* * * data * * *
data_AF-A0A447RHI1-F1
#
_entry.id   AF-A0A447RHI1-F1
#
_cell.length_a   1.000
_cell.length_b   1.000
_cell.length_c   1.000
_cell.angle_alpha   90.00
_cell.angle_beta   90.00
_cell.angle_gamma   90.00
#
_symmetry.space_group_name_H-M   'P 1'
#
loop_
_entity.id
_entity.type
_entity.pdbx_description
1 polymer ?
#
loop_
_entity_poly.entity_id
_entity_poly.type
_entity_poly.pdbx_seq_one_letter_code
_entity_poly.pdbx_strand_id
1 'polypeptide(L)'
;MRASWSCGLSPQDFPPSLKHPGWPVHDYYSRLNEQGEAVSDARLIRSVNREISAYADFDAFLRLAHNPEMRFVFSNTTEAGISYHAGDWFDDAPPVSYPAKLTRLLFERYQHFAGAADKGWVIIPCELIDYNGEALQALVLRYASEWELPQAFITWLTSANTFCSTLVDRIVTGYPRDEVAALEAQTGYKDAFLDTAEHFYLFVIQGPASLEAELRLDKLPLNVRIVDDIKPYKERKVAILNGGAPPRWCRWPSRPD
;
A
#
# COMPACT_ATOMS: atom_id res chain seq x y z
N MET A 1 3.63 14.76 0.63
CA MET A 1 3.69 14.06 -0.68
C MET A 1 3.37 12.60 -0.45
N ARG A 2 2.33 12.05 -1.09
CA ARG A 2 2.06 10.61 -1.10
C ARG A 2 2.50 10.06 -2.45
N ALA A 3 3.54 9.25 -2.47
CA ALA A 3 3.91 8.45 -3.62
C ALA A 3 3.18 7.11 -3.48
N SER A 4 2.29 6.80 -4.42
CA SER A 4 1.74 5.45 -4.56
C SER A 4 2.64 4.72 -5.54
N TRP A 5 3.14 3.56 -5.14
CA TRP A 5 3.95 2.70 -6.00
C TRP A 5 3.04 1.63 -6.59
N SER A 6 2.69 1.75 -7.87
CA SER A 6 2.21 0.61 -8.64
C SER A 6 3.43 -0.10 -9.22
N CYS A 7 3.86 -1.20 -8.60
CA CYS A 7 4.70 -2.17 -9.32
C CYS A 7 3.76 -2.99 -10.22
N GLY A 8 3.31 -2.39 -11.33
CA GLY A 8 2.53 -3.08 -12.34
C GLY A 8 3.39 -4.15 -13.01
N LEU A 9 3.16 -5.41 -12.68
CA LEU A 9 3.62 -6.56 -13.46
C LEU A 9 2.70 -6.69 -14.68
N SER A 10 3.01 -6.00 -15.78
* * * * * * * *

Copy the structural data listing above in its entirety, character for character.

data_AF-A0A447RHI1-F1
#
_entry.id   AF-A0A447RHI1-F1
#
_cell.length_a   1.000
_cell.length_b   1.000
_cell.length_c   1.000
_cell.angle_alpha   90.00
_cell.angle_beta   90.00
_cell.angle_gamma   90.00
#
_symmetry.space_group_name_H-M   'P 1'
#
loop_
_entity.id
_entity.type
_entity.pdbx_description
1 polymer ?
#
loop_
_entity_poly.entity_id
_entity_poly.type
_entity_poly.pdbx_seq_one_letter_code
_entity_poly.pdbx_strand_id
1 'polypeptide(L)'
;MRASWSCGLSPQDFPPSLKHPGWPVHDYYSRLNEQGEAVSDARLIRSVNREISAYADFDAFLRLAHNPEMRFVFSNTTEAGISYHAGDWFDDAPPVSYPAKLTRLLFERYQHFAGAADKGWVIIPCELIDYNGEALQALVLRYASEWELPQAFITWLTSANTFCSTLVDRIVTGYPRDEVAALEAQTGYKDAFLDTAEHFYLFVIQGPASLEAELRLDKLPLNVRIVDDIKPYKERKVAILNGGAPPRWCRWPSRPD
;
A
#
# COMPACT_ATOMS: atom_id res chain seq x y z
N MET A 1 3.63 14.76 0.63
CA MET A 1 3.69 14.06 -0.68
C MET A 1 3.37 12.60 -0.45
N ARG A 2 2.33 12.05 -1.09
CA ARG A 2 2.06 10.61 -1.10
C ARG A 2 2.50 10.06 -2.45
N ALA A 3 3.54 9.25 -2.47
CA ALA A 3 3.91 8.45 -3.62
C ALA A 3 3.18 7.11 -3.48
N SER A 4 2.29 6.80 -4.42
CA SER A 4 1.74 5.45 -4.56
C SER A 4 2.64 4.72 -5.54
N TRP A 5 3.14 3.56 -5.14
CA TRP A 5 3.95 2.70 -6.00
C TRP A 5 3.04 1.63 -6.59
N SER A 6 2.69 1.75 -7.87
CA SER A 6 2.21 0.61 -8.64
C SER A 6 3.43 -0.10 -9.22
N CYS A 7 3.86 -1.20 -8.60
CA CYS A 7 4.70 -2.17 -9.32
C CYS A 7 3.76 -2.99 -10.22
N GLY A 8 3.31 -2.39 -11.33
CA GLY A 8 2.53 -3.08 -12.34
C GLY A 8 3.39 -4.15 -13.01
N LEU A 9 3.16 -5.41 -12.68
CA LEU A 9 3.62 -6.56 -13.46
C LEU A 9 2.70 -6.69 -14.68
N SER A 10 3.01 -6.00 -15.78